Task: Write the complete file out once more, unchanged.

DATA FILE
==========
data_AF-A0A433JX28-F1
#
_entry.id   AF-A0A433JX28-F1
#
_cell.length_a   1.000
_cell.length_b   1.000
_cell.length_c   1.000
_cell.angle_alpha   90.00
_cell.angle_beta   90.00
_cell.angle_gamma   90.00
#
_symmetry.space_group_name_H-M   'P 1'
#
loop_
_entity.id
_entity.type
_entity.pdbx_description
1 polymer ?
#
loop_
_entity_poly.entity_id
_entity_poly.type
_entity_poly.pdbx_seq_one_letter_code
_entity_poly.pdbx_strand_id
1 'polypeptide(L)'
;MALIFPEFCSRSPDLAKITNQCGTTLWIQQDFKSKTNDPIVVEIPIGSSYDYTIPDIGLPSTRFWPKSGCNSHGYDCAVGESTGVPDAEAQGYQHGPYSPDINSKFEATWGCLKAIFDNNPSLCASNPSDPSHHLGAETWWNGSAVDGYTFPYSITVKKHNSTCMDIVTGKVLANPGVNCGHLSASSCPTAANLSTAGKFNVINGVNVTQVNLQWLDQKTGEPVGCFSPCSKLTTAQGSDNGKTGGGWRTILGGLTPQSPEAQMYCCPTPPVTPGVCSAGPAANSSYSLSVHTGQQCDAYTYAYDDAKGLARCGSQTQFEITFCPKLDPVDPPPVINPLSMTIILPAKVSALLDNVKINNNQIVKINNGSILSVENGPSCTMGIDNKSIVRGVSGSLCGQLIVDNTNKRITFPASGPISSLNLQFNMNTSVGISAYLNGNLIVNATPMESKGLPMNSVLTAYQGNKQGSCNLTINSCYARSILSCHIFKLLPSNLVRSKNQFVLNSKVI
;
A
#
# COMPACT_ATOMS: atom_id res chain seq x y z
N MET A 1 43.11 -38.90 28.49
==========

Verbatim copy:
data_AF-A0A433JX28-F1
#
_entry.id   AF-A0A433JX28-F1
#
_cell.length_a   1.000
_cell.length_b   1.000
_cell.length_c   1.000
_cell.angle_alpha   90.00
_cell.angle_beta   90.00
_cell.angle_gamma   90.00
#
_symmetry.space_group_name_H-M   'P 1'
#
loop_
_entity.id
_entity.type
_entity.pdbx_description
1 polymer ?
#
loop_
_entity_poly.entity_id
_entity_poly.type
_entity_poly.pdbx_seq_one_letter_code
_entity_poly.pdbx_strand_id
1 'polypeptide(L)'
;MALIFPEFCSRSPDLAKITNQCGTTLWIQQDFKSKTNDPIVVEIPIGSSYDYTIPDIGLPSTRFWPKSGCNSHGYDCAVGESTGVPDAEAQGYQHGPYSPDINSKFEATWGCLKAIFDNNPSLCASNPSDPSHHLGAETWWNGSAVDGYTFPYSITVKKHNSTCMDIVTGKVLANPGVNCGHLSASSCPTAANLSTAGKFNVINGVNVTQVNLQWLDQKTGEPVGCFSPCSKLTTAQGSDNGKTGGGWRTILGGLTPQSPEAQMYCCPTPPVTPGVCSAGPAANSSYSLSVHTGQQCDAYTYAYDDAKGLARCGSQTQFEITFCPKLDPVDPPPVINPLSMTIILPAKVSALLDNVKINNNQIVKINNGSILSVENGPSCTMGIDNKSIVRGVSGSLCGQLIVDNTNKRITFPASGPISSLNLQFNMNTSVGISAYLNGNLIVNATPMESKGLPMNSVLTAYQGNKQGSCNLTINSCYARSILSCHIFKLLPSNLVRSKNQFVLNSKVI
;
A
#
# COMPACT_ATOMS: atom_id res chain seq x y z
N MET A 1 43.11 -38.90 28.49